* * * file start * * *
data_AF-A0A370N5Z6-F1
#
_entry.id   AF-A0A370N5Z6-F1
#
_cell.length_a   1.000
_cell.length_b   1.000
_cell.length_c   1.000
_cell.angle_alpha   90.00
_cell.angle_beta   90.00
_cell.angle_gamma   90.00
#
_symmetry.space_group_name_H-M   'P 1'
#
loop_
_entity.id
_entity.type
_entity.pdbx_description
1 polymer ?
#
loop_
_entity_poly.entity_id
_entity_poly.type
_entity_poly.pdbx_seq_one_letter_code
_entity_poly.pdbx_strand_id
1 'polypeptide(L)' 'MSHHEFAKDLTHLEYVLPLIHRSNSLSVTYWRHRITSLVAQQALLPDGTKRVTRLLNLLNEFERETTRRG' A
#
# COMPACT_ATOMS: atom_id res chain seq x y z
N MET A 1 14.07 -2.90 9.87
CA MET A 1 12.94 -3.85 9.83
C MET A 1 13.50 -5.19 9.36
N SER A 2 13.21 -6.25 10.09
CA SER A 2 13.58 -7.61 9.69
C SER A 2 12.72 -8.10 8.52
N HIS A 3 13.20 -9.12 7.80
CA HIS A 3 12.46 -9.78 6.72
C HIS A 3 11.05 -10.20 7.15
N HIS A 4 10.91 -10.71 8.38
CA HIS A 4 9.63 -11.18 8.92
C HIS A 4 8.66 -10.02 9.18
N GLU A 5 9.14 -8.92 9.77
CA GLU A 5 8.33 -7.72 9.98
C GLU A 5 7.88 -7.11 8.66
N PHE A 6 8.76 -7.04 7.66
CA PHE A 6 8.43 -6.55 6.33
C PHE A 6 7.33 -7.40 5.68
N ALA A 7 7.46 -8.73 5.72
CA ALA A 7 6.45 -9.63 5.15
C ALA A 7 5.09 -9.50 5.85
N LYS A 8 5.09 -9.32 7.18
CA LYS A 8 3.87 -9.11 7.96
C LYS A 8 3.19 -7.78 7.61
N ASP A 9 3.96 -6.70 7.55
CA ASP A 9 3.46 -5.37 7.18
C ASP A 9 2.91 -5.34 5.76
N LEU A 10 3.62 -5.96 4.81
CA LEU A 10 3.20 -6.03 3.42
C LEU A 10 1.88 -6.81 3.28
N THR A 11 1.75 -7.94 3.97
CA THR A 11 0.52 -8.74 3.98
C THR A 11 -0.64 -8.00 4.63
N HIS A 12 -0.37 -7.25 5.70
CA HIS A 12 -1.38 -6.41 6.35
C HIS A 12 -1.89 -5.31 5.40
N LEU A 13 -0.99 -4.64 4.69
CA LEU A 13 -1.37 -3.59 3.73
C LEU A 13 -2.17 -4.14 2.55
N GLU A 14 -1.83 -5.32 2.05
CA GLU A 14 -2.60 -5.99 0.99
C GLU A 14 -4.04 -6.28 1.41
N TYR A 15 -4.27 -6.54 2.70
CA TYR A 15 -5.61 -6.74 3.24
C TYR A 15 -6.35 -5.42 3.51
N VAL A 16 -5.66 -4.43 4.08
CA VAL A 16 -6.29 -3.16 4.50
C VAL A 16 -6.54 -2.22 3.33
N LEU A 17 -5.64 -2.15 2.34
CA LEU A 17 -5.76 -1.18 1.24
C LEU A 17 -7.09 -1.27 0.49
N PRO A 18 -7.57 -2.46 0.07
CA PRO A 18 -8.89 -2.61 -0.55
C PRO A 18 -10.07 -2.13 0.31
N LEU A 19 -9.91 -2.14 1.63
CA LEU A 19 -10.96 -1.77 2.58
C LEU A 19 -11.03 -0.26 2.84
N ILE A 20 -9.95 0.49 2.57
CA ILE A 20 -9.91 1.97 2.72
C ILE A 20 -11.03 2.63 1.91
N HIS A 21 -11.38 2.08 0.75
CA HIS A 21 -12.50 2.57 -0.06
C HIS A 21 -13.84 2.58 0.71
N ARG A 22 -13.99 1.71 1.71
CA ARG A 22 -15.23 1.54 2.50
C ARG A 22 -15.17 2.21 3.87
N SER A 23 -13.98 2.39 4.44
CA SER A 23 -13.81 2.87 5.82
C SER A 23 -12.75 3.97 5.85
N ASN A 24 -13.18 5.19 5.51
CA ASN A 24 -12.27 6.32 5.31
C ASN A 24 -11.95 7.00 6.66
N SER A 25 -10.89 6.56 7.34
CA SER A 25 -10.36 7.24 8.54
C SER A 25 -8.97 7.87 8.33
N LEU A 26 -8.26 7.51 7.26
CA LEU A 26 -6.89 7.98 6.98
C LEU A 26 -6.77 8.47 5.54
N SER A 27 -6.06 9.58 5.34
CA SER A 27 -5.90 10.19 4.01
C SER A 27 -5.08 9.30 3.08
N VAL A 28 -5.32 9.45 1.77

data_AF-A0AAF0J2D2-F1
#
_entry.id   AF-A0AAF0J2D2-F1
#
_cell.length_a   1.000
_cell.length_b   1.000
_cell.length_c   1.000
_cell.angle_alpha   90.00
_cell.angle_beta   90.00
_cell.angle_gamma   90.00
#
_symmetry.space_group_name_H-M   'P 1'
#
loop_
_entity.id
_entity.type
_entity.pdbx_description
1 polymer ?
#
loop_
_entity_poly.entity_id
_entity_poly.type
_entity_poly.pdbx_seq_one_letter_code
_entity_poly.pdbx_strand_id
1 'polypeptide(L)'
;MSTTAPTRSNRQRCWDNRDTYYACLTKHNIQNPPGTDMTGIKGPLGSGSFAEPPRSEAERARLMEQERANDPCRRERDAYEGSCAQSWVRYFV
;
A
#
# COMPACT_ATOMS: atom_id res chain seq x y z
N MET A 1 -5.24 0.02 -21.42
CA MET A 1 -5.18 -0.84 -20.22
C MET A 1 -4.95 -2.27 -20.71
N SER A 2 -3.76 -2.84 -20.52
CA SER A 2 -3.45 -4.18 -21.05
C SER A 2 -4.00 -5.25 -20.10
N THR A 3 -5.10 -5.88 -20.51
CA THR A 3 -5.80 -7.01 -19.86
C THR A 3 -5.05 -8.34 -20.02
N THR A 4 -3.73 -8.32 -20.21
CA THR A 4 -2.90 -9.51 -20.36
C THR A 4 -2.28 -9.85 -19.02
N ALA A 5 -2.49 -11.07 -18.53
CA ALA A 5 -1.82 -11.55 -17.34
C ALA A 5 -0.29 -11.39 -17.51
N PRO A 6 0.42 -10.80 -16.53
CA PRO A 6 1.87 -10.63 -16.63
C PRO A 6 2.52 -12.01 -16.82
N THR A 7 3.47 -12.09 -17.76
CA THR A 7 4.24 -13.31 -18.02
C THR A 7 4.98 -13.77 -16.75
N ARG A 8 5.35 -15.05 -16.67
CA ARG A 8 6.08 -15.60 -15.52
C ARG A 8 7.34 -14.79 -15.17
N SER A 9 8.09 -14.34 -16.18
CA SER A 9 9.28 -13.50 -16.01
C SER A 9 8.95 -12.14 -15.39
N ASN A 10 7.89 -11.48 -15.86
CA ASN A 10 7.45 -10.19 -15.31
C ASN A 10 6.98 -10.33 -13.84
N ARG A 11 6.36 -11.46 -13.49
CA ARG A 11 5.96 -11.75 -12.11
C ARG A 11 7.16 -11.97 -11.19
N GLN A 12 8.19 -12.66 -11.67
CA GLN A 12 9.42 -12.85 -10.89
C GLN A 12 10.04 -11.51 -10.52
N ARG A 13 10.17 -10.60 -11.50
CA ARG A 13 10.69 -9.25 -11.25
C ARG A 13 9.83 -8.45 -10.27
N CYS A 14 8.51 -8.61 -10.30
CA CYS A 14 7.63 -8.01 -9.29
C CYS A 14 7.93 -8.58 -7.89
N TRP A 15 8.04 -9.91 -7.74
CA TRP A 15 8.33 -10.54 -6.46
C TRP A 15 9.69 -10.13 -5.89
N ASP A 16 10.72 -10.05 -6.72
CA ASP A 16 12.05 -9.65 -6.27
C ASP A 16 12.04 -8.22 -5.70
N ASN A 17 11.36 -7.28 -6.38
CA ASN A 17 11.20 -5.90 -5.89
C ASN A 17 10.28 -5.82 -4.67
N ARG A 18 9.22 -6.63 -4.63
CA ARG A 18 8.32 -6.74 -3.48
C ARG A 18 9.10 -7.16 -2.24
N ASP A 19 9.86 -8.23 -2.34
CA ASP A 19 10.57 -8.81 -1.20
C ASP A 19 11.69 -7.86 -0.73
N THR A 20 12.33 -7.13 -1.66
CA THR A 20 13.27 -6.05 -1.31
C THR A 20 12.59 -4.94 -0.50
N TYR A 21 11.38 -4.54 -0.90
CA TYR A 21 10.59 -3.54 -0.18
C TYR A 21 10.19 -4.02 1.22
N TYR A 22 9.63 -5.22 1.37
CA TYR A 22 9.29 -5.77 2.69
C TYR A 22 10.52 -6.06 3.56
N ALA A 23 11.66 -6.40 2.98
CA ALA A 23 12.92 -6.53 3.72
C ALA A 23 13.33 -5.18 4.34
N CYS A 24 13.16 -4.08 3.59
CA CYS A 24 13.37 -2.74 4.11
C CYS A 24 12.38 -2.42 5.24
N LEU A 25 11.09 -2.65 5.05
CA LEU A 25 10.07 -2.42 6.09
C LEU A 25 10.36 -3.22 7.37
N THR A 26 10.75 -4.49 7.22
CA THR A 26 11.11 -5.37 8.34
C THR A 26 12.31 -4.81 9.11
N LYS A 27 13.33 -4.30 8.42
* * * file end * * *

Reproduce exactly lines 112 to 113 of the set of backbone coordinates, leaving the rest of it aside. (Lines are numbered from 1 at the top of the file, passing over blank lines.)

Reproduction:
_entry.id   AF-A0AAF0J2D2-F1
#